Smitty, having recovered from the shock of sharing Julie's nightmare, is looking at me with something like surprise ... and, I think, a little bit of envy. I almost snicker at that. Fortunately for all concerned, sex is the last thing I want to think about right now.

"I can't make it go away," Julie murmurs, seemingly half to herself. "I can't make myself forget. Teeps can never forget anything..."

There's not much I can say to that. I make a mental note to myself to ask the Company doctors if there's a way to purge someone's memories telepathically. For now, though, all I can do is hold her in my arms, trying to comfort her until the monsters go away.


That nightmare must have lasted a lot longer than it felt. By the time that Julie has pulled herself together, the sun is well on its way toward the horizon. Our nerves are all a bit on edge as we change into our combat fatigues and go across the hall to meet up with Daniel and Kerensky.

I'm the first one to go inside. Daniel looks up at me, then nods in the direction of the other room, a questioning expression on his face. "Julie?" he asks softly.

"She'll be all right," I say, stepping inside to take a seat by the windowsill. "Nothing she hasn't dealt with before."

Daniel raises his eyebrows and blows air between pursed lips in an expression of quiet amazement. Obviously he saw what she was going through, too...

Julie comes in a moment later, looking a lot more calm and composed than she must feel right now. Smitty's behind her, wringing his hands nervously. I see the uneasy glances he's making at Julie, and I wonder how much she's hearing of what he's thinking. Across the room, Kerensky glares at her, obviously pissed for having to share in her sufferings. I grit my teeth, resisting the urge to chew her out for feeling the way she does. For a Cadre member, Kerensky has actually shown remarkable restraint on this outing, and right now at least she's biting her tongue. Of course, she knows as well as I do that you don't have say a word to yell at a telepath.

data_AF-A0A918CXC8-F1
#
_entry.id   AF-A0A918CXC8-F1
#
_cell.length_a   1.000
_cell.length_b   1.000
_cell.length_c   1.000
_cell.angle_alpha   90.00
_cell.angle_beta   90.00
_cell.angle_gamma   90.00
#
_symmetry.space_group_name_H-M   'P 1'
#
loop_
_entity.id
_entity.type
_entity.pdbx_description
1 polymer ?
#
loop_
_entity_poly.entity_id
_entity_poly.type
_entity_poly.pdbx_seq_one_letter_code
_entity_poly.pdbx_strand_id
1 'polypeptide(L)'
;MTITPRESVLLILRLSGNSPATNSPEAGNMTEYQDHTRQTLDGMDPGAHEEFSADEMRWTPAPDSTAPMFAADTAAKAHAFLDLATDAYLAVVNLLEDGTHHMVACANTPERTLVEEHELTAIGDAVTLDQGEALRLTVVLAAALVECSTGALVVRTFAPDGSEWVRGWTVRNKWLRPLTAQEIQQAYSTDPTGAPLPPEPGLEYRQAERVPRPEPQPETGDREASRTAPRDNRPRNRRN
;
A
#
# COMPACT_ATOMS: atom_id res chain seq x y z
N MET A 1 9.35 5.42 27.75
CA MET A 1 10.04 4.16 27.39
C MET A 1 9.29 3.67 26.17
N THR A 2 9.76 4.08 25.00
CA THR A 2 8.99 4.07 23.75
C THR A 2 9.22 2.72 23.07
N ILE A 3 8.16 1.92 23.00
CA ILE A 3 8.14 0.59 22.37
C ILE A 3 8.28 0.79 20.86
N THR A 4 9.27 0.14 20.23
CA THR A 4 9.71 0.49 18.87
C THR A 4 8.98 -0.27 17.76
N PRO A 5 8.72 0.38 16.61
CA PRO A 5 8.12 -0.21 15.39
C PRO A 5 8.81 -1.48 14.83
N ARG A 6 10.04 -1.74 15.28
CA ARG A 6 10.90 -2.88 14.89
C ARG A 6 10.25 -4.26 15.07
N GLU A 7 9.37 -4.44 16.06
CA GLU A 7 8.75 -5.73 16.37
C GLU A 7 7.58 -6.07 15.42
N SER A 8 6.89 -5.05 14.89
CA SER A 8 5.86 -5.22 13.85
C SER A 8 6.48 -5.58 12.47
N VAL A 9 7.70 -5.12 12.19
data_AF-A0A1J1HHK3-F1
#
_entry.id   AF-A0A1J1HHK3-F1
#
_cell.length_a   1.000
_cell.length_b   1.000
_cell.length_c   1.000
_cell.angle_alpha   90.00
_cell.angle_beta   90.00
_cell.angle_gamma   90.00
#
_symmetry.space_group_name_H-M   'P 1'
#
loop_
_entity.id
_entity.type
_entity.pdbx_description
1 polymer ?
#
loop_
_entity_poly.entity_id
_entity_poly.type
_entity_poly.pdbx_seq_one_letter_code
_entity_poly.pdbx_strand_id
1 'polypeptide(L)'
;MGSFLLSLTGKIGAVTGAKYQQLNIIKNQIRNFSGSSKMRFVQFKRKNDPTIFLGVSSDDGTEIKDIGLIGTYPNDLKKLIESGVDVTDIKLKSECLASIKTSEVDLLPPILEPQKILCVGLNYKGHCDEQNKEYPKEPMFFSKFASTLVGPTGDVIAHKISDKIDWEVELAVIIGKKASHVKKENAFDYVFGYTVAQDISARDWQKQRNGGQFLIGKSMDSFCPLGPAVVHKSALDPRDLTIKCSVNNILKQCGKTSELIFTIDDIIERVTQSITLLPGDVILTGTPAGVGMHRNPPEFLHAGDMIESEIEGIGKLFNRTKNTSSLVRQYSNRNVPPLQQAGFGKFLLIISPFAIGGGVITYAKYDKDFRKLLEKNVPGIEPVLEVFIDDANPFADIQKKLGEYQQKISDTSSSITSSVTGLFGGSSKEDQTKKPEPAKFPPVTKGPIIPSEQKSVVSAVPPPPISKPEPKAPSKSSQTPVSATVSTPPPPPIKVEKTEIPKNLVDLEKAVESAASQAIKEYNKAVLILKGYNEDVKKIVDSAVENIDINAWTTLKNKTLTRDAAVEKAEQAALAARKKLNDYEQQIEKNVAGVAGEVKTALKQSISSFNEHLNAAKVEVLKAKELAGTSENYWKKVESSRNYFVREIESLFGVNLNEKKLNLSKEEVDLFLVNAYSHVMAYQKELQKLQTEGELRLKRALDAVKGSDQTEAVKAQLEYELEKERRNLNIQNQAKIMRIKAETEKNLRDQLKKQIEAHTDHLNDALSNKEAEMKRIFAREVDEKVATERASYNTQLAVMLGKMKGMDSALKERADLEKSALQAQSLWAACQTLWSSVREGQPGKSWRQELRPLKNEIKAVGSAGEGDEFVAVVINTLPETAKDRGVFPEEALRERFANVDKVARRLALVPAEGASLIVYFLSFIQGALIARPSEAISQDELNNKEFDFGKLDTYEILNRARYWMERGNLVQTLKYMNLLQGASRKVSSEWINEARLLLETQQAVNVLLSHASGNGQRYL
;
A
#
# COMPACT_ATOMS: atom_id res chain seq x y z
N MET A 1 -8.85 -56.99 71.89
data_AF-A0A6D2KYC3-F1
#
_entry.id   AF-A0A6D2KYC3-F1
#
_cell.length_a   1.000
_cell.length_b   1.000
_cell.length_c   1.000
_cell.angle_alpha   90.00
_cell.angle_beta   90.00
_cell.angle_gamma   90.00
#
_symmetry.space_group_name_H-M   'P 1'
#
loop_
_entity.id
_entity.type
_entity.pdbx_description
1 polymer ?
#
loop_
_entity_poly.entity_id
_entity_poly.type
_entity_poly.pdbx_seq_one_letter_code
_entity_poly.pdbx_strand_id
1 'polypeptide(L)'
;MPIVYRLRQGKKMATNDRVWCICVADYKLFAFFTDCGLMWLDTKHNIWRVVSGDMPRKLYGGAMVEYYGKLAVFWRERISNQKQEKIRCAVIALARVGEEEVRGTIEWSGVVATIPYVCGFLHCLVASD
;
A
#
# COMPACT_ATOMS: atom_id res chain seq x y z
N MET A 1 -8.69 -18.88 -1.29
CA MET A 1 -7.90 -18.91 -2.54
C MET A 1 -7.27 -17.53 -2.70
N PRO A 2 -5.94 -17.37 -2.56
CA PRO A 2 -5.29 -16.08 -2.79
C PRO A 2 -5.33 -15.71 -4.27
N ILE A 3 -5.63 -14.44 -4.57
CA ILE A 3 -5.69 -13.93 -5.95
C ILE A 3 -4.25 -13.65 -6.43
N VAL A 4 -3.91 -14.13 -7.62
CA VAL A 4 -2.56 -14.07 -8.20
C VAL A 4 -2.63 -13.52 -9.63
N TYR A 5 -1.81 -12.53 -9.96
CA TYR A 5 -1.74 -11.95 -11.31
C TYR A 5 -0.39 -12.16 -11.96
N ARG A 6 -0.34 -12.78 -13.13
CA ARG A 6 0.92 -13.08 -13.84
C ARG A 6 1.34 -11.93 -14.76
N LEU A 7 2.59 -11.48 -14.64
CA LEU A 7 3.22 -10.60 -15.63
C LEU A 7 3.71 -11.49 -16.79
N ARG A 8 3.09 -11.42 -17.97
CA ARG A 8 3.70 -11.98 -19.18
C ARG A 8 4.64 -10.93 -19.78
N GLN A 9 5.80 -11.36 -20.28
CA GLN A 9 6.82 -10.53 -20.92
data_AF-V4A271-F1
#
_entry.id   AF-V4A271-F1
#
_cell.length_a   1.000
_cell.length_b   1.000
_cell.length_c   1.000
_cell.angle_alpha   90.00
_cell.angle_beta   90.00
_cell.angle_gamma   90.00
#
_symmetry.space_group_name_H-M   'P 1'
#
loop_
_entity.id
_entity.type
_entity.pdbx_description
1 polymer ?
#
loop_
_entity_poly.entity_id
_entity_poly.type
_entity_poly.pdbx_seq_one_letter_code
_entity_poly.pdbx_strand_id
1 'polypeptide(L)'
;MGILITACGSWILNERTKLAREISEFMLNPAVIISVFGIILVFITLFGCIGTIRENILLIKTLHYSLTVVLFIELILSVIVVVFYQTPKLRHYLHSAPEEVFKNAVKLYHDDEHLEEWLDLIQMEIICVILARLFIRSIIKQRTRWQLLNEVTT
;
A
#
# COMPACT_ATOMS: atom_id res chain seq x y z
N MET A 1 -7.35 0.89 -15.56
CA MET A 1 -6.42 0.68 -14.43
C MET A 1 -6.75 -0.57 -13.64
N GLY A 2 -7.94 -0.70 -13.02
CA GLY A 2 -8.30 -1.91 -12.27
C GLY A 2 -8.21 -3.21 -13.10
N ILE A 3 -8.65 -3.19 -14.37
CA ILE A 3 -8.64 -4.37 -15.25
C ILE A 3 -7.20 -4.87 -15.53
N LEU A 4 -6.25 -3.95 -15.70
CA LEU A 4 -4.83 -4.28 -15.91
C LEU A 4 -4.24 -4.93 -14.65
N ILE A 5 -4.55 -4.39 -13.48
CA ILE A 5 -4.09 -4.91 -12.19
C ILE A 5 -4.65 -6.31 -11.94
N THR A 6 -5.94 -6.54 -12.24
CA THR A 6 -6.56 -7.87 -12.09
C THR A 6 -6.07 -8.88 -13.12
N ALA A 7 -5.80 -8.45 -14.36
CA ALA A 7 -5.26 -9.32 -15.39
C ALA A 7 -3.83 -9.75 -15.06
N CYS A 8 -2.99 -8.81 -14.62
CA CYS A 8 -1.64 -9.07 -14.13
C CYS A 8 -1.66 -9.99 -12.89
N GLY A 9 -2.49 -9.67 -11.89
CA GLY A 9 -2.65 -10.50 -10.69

"The helos are en route and will pick us up a mile north of the town to take us to the target site," Daniel says. "The canyon is totally uninhabited, so we aren't going to be subtle about this. We'll drop in, the helos will take up standby positions, and we'll clean out the site. Smitty will place charges for a neat and tidy cave-in, in case things don't go as planned. If anything except us comes out of there, the helos will take care of it. I doubt even these weres can handle being perforated by a hundred uranium slugs. If they lose contact with us, and Smitty's charges don't work, the helos will use rockets to collapse the mine. Messy, but it gets the job done. Ideally, though, we move in, subdue everything, find one that's still twitching and stuff him in a 'bag for the flight home."

"If we get a shot with the Tangler, we should take it," Julie points out. "Dynatronics loaned it to us for a reason, after all."

"Granted. Someone has to carry it in, then." Daniel looks at me and Kerensky. "The three of us are the only ones who can handle it."